Ford Kuga (2013 – 2020) Review

Ford Kuga (2013 – 2020) At A Glance

Honest John Overall Rating
Even though the facelift helped, the Kuga is looking a little tired, especially in the context of newer models. It remains the choice for keen drivers, but if you’re after more comfort and the latest technology, you should probably look elsewhere.

+Class-leading handling, practical and spacious interior, plenty of examples to choose from.

-Firmer ride than most rival, only the Vignale feels upmarket, pre-facelift version looks dated.

Insurance Groups are between 15–27
On average it achieves 77% of the official MPG figure

If you're looking for the newer version, you need our Ford Kuga review.

The Ford Kuga is one of the UK’s most popular family SUVs. It’s not hard to see why, because it’s as good to drive as a hatchback, as spacious as an estate car, and there’s a Ford dealer in most towns and cities. Launched in 2012, and facelifted in 2016, the Kuga takes on cars such as the Vauxhall Grandland X and Peugeot 3008, but few competitors can touch the Ford in terms of driver appeal. The ST-Line edition does a great impression of a hot hatchback, while the Vignale edges the Kuga into premium territory.

Launched in 2012, the Kuga enjoyed a long innings as Ford’s most popular family SUV, eventually bowing out when the all-new model arrived in 2020. Thanks to a facelift in 2016, the Kuga remained relevant in a fiercely competitive segment, rivalling the likes of the Nissan Qashqai, Kia Sportage and Vauxhall Grandland X. It's now a great used SUV buy.

If we were looking for a unique selling point, we’d say it’s the way the Ford Kuga drives. It feels as sharp and precise as the Focus hatchback, making this the ideal SUV for drivers who enjoy a spirited run along a British B-road. The penalty for the sharp handling is a rather firm ride, with the Kuga lacking the cushion-soft suspension of some of its rivals.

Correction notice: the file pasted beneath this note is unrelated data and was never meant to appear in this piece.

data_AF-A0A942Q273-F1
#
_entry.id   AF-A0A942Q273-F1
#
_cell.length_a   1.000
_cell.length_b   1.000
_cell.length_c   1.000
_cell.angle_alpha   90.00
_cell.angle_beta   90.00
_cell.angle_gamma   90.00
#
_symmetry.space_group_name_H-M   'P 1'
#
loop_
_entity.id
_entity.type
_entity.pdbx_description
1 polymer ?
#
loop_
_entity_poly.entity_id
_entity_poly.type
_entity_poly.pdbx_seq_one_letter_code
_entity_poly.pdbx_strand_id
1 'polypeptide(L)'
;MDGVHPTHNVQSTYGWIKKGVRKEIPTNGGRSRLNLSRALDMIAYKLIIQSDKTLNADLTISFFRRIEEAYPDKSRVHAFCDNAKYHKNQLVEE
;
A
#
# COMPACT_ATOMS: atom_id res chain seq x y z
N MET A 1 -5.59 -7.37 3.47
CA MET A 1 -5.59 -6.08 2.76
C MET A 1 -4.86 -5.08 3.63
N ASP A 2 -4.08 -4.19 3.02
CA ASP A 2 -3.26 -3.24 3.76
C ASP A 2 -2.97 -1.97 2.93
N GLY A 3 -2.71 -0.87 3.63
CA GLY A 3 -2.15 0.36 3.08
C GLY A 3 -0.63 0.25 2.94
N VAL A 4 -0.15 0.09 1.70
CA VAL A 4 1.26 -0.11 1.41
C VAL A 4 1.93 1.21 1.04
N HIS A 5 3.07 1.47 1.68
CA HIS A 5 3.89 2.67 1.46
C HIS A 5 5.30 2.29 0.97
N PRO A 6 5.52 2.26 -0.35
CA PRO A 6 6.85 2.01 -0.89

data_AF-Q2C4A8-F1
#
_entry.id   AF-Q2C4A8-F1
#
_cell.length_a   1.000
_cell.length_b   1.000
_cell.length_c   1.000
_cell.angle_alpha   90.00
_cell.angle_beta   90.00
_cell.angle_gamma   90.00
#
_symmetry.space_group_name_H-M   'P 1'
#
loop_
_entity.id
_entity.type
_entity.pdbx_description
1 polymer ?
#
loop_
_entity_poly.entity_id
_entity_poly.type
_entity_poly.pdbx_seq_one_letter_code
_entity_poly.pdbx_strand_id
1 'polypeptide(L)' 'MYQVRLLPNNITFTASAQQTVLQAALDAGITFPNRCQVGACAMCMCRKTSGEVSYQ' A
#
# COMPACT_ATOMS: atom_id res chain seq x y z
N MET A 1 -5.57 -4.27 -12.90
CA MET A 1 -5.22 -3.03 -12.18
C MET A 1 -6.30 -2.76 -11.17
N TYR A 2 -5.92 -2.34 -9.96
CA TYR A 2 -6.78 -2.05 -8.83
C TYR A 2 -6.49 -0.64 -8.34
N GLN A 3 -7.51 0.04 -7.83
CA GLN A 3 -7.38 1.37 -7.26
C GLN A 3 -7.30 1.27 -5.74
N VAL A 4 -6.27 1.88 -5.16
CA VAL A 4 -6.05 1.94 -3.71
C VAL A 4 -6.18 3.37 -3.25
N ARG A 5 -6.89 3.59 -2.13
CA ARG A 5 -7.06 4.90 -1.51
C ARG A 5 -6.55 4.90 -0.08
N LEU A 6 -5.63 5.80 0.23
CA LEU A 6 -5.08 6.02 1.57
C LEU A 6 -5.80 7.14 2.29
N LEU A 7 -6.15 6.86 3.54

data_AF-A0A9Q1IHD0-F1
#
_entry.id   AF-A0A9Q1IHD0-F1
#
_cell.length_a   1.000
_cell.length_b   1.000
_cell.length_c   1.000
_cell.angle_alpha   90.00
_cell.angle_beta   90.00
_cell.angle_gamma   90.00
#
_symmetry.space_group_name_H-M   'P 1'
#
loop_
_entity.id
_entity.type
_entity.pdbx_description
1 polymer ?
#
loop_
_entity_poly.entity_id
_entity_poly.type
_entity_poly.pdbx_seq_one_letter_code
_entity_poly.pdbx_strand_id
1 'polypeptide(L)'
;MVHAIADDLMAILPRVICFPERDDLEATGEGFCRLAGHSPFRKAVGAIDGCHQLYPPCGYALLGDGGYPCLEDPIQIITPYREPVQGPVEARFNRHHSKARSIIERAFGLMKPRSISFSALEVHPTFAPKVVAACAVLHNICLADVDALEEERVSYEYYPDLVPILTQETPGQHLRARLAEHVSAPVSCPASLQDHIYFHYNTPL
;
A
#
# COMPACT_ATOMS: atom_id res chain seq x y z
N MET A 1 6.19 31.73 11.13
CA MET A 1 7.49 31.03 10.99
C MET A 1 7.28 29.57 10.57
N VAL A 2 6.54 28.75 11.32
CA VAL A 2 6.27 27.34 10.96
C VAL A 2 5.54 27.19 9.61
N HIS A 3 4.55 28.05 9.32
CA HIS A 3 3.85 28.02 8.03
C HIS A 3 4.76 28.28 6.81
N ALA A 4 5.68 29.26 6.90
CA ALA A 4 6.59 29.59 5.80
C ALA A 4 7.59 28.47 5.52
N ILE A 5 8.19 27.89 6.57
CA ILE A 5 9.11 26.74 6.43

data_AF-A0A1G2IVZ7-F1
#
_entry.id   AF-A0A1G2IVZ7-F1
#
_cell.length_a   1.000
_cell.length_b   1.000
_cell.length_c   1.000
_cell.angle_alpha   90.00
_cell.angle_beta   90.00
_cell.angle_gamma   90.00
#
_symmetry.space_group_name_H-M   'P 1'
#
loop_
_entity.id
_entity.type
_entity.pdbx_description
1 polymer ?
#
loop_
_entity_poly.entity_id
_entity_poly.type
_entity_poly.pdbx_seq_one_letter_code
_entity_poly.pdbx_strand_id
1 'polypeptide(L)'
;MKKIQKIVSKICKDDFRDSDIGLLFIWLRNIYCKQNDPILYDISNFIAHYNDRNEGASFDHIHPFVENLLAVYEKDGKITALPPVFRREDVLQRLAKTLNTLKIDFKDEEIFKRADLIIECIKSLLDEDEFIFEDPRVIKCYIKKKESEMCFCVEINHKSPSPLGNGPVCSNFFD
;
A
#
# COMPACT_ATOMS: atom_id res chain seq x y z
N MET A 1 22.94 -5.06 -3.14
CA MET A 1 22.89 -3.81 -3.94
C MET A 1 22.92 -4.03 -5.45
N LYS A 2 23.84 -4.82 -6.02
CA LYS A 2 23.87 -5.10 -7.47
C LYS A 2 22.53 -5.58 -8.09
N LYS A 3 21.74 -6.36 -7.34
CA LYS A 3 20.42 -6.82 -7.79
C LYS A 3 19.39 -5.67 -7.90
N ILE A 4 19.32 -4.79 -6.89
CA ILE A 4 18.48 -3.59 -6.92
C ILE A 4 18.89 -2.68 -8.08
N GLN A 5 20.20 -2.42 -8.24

Front- and four-wheel-drive variants are available, along with a choice of gearboxes. We’d favour the six-speed manual gearbox, primarily because it’s sweet-shifting, but also because the automatic transmission robs the engines of power and puts a dent in the fuel economy.

Speaking of engines, the Ecoboost petrol units should be avoided, as they’re not as efficient as the modern breed of small turbocharged engines.

Even the 2.0-litre TDCi diesel is a little lacking in the economy stakes, which makes the 1.5-litre TDCi the best option when buying a Kuga. It was added to the range as part of the 2016 facelift, which also saw a significant styling overhaul and a much-improved infotainment system.

Inside, the cabin is hard-wearing and robust, but you won’t find much in the way of soft-touch plastics and plush materials. We’d also argue that the dashboard is a little cluttered, although the Kuga makes up for it in terms of equipment.

Avoid the Zetec model, but other trim levels boast the kind of kit you’d expect from a family SUV. The Titanium models are the most popular, but the ST-Line trim offers cosmetic upgrades to match its lowered suspension.

There’s also a plush Vignale trim, which edges the Ford Kuga into premium territory. Smarter exterior styling combines with a more upmarket interior to give the Kuga a genuine luxury feel. Although it was too expensive when new, heavy depreciation means that it makes more sense on the used market.

Although prices start from £6,000, we’d up the budget to £11,000 to secure a facelifted model. Not only does the styling look more contemporary, you also have the option of the 1.5-litre diesel engine, not to mention the improved infotainment system. Pre-facelift versions have to make do with a system that seems woefully dated in 2020.

Boot space is excellent, making this one of the most practical cars in its class. There’s seating for five in the cabin, with the Kuga offering class-leading levels of headroom. No wonder it proved to be so successful for Ford.